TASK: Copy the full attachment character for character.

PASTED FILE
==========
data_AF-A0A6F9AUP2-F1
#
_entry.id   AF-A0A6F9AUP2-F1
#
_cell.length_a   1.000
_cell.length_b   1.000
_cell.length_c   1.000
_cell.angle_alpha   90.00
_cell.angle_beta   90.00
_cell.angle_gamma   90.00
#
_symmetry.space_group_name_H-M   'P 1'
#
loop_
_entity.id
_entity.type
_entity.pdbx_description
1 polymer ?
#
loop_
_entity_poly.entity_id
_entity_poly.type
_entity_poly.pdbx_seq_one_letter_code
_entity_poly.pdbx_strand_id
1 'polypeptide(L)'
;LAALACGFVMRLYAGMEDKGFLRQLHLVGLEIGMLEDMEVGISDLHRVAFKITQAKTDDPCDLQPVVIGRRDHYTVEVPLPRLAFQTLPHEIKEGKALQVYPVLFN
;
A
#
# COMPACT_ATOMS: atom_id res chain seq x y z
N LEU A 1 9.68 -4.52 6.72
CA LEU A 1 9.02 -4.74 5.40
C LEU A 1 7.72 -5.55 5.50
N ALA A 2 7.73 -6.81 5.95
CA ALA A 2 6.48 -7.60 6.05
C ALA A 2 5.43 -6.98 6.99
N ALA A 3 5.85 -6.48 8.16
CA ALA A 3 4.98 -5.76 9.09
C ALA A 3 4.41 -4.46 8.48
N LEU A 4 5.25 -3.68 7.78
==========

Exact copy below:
data_AF-A0A6F9AUP2-F1
#
_entry.id   AF-A0A6F9AUP2-F1
#
_cell.length_a   1.000
_cell.length_b   1.000
_cell.length_c   1.000
_cell.angle_alpha   90.00
_cell.angle_beta   90.00
_cell.angle_gamma   90.00
#
_symmetry.space_group_name_H-M   'P 1'
#
loop_
_entity.id
_entity.type
_entity.pdbx_description
1 polymer ?
#
loop_
_entity_poly.entity_id
_entity_poly.type
_entity_poly.pdbx_seq_one_letter_code
_entity_poly.pdbx_strand_id
1 'polypeptide(L)'
;LAALACGFVMRLYAGMEDKGFLRQLHLVGLEIGMLEDMEVGISDLHRVAFKITQAKTDDPCDLQPVVIGRRDHYTVEVPLPRLAFQTLPHEIKEGKALQVYPVLFN
;
A
#
# COMPACT_ATOMS: atom_id res chain seq x y z
N LEU A 1 9.68 -4.52 6.72
CA LEU A 1 9.02 -4.74 5.40
C LEU A 1 7.72 -5.55 5.50
N ALA A 2 7.73 -6.81 5.95
CA ALA A 2 6.48 -7.60 6.05
C ALA A 2 5.43 -6.98 6.99
N ALA A 3 5.85 -6.48 8.16
CA ALA A 3 4.98 -5.76 9.09
C ALA A 3 4.41 -4.46 8.48
N LEU A 4 5.25 -3.68 7.78